"If you're looking at an eight-hour day, I probably only lost about three hours running," said the 2006 Bassmaster Angler of the Year. "That's a lot more (fishing time) than a lot of guys had.
"I've got four to six spots on each of the three banks," he said. "I probably only fished four (on one bank) today."
"Fishing on the bank" is a relative term at Lake Erie. Iaconelli noted Thursday morning that he was fishing shallower than he did here last year, concentrating on depths of 35 to 45 feet this week.
If the wind is calm here, the dominant pattern is lowering a drop-shot rig into a school of smallmouth bass gathered around rock structure on the bottom. With the wind blowing like it did Thursday, the main method was to throw not one, but two drift socks in the water to slow your boat, then attempt to drift a Carolina rig or heavily-weighted tube bait over those same bottom-oriented bass.
Despite the choppy water, several of the Elite Series pros were able to do that successfully. Eight anglers had over 20 pounds; the next 19 pros — places nine through 27 in the standings — were separated by only two pounds.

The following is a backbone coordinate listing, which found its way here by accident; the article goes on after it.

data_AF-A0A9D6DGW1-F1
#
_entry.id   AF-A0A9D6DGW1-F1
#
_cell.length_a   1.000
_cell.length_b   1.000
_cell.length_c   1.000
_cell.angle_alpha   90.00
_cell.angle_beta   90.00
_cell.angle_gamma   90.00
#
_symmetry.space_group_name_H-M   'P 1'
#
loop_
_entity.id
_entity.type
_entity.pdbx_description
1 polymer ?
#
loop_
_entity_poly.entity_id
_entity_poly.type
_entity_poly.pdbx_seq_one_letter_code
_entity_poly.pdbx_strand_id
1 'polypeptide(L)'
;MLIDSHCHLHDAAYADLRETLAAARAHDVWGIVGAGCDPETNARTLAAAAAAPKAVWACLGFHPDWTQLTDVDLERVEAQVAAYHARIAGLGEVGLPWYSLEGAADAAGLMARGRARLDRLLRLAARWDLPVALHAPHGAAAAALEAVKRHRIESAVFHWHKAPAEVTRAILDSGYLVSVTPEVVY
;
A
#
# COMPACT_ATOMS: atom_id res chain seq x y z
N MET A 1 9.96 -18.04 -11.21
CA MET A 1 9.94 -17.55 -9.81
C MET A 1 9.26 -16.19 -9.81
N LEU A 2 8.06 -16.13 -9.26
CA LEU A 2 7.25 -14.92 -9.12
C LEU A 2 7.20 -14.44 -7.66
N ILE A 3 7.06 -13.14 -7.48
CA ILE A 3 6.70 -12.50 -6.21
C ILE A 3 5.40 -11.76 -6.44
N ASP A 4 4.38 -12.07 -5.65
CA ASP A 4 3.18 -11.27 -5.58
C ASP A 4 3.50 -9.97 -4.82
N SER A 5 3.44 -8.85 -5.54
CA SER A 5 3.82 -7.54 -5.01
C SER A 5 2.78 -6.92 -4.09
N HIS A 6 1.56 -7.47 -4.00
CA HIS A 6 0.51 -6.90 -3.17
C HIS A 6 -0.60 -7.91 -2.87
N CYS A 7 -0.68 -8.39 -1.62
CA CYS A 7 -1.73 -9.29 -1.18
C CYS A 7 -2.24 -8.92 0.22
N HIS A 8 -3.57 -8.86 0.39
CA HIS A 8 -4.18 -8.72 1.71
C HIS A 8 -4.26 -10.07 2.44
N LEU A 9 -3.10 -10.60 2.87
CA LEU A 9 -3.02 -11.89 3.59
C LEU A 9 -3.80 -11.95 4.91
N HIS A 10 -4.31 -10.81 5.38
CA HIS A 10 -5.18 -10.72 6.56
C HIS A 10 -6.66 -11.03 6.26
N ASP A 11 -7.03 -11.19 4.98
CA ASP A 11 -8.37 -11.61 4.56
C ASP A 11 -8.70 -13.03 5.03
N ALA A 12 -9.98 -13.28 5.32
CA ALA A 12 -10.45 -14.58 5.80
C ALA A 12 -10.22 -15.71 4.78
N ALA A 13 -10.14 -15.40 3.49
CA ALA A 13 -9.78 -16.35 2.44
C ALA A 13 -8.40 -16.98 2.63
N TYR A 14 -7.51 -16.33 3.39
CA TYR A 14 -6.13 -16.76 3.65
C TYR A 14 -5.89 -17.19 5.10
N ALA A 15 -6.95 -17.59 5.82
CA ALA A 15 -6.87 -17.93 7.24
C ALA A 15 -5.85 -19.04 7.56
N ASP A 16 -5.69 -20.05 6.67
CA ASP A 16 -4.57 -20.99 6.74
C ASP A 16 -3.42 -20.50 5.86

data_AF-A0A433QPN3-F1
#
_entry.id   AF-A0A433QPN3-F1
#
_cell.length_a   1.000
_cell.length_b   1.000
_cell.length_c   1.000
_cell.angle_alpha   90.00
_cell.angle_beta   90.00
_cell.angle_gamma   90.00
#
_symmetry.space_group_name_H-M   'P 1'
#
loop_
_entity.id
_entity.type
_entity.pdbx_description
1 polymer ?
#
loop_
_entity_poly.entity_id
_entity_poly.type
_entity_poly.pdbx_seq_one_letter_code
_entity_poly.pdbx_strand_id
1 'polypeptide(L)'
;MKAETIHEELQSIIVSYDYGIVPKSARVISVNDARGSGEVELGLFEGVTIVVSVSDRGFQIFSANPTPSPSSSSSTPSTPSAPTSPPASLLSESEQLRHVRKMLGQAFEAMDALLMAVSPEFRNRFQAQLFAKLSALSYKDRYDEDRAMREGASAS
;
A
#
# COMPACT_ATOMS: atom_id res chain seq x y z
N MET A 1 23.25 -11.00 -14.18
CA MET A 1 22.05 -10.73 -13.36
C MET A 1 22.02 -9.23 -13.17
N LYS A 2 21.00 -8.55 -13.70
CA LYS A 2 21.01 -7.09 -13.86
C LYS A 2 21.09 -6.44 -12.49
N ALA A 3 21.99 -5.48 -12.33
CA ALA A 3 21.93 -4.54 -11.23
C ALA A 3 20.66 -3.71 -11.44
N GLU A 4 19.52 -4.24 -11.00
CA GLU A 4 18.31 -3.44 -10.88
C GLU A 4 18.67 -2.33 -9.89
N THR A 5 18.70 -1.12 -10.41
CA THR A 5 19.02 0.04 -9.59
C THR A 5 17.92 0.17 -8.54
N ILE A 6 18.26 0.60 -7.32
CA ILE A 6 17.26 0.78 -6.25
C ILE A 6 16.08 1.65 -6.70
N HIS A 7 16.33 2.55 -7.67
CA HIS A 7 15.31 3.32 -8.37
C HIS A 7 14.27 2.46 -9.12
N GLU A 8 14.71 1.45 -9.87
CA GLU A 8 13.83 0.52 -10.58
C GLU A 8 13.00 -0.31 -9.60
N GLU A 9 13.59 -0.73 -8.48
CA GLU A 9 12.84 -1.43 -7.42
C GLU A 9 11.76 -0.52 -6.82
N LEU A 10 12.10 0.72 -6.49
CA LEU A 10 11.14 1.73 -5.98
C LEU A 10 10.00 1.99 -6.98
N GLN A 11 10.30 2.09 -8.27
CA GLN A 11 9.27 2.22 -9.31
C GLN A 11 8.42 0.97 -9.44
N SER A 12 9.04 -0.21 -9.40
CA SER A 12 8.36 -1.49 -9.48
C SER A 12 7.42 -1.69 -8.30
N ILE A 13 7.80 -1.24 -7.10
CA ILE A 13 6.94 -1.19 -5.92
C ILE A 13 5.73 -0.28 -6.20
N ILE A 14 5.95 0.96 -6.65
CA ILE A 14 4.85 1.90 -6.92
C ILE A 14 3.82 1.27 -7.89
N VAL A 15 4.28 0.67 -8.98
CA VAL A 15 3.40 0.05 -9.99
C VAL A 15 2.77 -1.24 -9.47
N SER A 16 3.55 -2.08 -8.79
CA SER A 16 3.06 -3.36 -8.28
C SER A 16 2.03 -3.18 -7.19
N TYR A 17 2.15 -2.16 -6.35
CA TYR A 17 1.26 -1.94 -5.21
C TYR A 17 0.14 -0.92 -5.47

Angler after angler remarked, "This is the best smallmouth bass fishery in the world."
With this the next-to-last Elite Series event of the year, the focus on the Toyota Tundra Bassmaster Angler of the Year title will grow tighter every day this week. If Thursday's standings held, Todd Faircloth would have jumped past current leader Kevin VanDam.
The Jasper, Texas, resident was only 16 points behind VanDam entering this week and caught 20-1 for eighth place Thursday.
Among the other top five points leaders, VanDam held his own with 16-11, which was 32nd. McClelland, 115 points behind KVD, was 49th Thursday with 15-1 — dangerously close to the top 50 cut made after Friday's weigh-in. Skeet Reese (fourth in TTBAOY points) and Dean Rojas (fifth) have their work cut out for them Friday, as they occupy the 83rd (11-10) and 94th (9-5) spots in the standings here, respectively.